We found some forgotten variola (smallpox) at the FDA laboratories in Bethesda, Maryland! They were fully sealed and there’s no evidence of tampering, and are now located at the secure BSL-4 CDC laboratory in Atlanta, Georgia, where the rest of the US stockpile is located.
The last naturally-occurring Variola major case was in a Bangladeshi girl in 1975, and the last Variola minor case was in a hospital cook in Somalia, in 1977. Eradication was complete by early 1978, and was formally declared in 1980.
In late 1978, a medical photographer became infected by a smallpox sample kept at the University of Birmingham, and subsequently died from the disease. One other person also became infected, but survived. The researcher who was overseeing the photography operation was distraught and committed suicide soon after the photographer’s death. After this, the WHO strongly encouraged all countries to destroy their stockpiles of smallpox.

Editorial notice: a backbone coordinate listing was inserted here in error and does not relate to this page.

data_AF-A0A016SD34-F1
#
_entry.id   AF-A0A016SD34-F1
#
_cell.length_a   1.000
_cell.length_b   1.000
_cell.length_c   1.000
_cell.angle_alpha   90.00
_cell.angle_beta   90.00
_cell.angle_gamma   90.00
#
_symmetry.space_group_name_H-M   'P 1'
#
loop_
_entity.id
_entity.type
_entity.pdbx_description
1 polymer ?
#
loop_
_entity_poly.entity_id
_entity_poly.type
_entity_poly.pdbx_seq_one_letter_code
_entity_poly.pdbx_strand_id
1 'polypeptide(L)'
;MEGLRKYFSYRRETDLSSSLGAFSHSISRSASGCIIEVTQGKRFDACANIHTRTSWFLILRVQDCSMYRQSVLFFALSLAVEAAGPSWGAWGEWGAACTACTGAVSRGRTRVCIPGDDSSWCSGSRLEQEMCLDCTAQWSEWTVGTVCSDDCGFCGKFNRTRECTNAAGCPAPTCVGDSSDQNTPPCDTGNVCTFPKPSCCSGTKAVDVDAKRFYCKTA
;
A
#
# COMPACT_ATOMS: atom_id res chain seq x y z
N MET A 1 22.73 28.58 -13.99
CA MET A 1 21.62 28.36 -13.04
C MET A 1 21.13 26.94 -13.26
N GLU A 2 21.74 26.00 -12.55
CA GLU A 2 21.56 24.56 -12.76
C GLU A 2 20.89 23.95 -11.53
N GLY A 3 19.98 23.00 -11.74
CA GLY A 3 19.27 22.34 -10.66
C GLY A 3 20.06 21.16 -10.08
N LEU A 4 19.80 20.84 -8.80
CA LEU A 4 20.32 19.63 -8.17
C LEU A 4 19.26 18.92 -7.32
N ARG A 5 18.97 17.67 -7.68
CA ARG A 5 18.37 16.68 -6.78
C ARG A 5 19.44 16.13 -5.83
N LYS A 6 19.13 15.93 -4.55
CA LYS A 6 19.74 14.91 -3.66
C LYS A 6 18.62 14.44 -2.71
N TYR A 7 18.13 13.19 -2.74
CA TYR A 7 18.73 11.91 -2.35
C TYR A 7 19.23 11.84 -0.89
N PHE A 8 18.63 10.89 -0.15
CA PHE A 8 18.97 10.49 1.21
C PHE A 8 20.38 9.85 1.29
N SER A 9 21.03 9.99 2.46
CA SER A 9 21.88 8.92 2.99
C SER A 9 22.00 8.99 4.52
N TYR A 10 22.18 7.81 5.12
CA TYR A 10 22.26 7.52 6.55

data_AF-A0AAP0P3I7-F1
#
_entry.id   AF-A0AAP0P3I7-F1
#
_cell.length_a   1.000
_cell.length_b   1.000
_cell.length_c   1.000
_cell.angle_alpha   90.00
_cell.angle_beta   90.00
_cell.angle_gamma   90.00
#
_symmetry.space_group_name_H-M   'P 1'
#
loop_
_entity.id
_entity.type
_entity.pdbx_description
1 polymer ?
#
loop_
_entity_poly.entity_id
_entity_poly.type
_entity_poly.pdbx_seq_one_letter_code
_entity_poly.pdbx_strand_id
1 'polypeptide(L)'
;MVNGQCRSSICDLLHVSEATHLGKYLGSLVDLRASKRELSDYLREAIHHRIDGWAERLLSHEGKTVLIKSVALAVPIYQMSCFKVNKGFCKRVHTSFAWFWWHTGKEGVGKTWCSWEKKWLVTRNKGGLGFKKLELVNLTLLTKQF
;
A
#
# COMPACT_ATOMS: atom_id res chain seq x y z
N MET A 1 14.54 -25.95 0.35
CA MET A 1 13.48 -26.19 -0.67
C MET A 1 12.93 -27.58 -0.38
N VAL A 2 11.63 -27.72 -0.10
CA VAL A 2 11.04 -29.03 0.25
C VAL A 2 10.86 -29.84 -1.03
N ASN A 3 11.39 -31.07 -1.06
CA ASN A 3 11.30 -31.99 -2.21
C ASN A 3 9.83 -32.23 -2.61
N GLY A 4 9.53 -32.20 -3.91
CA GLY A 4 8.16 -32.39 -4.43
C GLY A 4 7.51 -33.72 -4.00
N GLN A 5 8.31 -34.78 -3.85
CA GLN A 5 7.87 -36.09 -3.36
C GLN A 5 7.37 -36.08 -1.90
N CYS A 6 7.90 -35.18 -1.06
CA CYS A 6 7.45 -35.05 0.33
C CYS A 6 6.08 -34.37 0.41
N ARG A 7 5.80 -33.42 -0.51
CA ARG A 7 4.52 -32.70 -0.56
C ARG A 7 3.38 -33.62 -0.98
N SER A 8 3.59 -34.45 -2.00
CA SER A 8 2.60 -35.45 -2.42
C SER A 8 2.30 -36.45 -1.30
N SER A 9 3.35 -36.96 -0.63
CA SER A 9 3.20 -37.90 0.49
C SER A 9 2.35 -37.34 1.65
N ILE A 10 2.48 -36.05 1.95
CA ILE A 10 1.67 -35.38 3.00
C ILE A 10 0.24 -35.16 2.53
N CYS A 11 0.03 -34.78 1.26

There was significant resistance to the recommendation and pressure by both Russia and the United States, and today there are two formally declared laboratories that have the live virus - the CDC in Atlanta, Georgia, and VECTOR in Koltsovo, Russia.
Having worked in several labs, there’s this fear of throwing things out that people might one day come back and need, or want to use again. Even samples that we can hardly identify, waaaaay back in the -80C freezers, get kept around unless we know what they are and who was using them and that they wish to destroy the sample or declare it unsuitable for future research. Stuff gets shoved to the back, and you don’t look at it for years or sometimes decades. There are some truly bizarre things to be found when cleaning old freezers…but hopefully I never come across something like this.
There are probably more smallpox samples out there, in former Soviet states, and in the US. Hopefully they’re all as well-sealed and safe as this one was.